What makes the perfect start-up founder? One woman who knows better than most is famed venture capitalist Jenny Lee.
James Rogers is the founder of Apeel Sciences, a California startup that's looking to fight food waste, which costs the world $2.6 trillion each year.
It's not realistic, and Payoneer CEO Scott Galit doesn't see it happening anytime soon.
Ginkgo uses genetic engineering to design and print new DNA that can then be used for anything from killing antibiotic-resistant germs to creating self-fertilizing plants to making cheaper perfume.
Mario Schlosser started the healthcare company Oscar Health in 2012. Here's what he has learned.
David Perry, the CEO of agriculture-tech company Indigo, which is reportedly worth $3.5 billion, uses these techniques himself.
Without insurance, it could cost $70,000 to help a woman get pregnant with medical services.
William Lynch, the president of fitness tech company Peloton, give his top advice for those who want to start a business.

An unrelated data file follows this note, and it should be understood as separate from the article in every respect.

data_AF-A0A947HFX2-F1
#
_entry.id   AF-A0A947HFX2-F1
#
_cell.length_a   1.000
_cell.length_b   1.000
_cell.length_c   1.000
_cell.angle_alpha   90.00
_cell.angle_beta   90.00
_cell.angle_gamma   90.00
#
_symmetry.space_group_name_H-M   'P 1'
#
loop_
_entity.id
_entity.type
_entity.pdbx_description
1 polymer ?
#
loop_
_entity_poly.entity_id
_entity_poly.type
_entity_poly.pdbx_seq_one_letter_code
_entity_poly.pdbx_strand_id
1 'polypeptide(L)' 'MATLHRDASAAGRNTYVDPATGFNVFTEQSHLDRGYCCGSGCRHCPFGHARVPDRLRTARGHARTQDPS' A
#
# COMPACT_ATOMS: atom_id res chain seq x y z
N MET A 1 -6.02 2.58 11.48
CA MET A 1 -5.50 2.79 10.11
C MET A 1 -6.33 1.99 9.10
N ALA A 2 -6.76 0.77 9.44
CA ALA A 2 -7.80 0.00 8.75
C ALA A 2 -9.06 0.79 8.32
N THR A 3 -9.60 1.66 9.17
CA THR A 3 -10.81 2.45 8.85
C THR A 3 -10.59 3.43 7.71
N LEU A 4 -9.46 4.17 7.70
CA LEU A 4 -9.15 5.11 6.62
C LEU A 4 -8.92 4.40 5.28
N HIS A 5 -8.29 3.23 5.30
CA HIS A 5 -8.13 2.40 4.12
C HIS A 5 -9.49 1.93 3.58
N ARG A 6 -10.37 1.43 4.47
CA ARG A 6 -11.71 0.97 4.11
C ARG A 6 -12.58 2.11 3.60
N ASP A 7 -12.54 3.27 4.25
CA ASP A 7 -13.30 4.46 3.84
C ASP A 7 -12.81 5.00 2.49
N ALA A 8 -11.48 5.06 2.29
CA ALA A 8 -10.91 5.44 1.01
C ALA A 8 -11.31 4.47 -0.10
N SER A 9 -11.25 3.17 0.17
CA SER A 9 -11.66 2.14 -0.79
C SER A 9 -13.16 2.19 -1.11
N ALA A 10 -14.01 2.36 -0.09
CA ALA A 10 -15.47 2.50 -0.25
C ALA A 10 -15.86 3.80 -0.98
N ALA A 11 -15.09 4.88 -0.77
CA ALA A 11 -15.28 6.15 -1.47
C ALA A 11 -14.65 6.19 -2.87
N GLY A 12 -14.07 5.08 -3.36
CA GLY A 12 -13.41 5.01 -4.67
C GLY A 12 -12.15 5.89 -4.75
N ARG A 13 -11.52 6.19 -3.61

"That's what it takes to be successful."
Anyone can develop it.
Turns out, there's a formula.
Launching a start-up isn't all foosball and free beer, according to Sallie Krawcheck, co-founder and CEO of Ellevest.
"Don't focus on the cash. It's nothing about greed."
He doesn't eat breakfast, but he does have a cup of coffee.
Being best friends, brothers and business partners can be … complicated, and the relationship requires great care and attention.
Chicago-based LanzaTech makes ethanol from carbon emissions, which goes into car gas and is converted into liquid fuel that can be blended into jet fuel. Richard Branson announced Virgin Atlantic is ready to take flight in October with the eco-fuel.
LanzaTech CEO Jennifer Holmgren says she listens carefully, a key component of effective leadership.
West Point graduate Anthony Noto took over online personal finance company, SoFi, valued at more than $4 billion, in February.
From Cincinnati to Chattanooga, Tenn.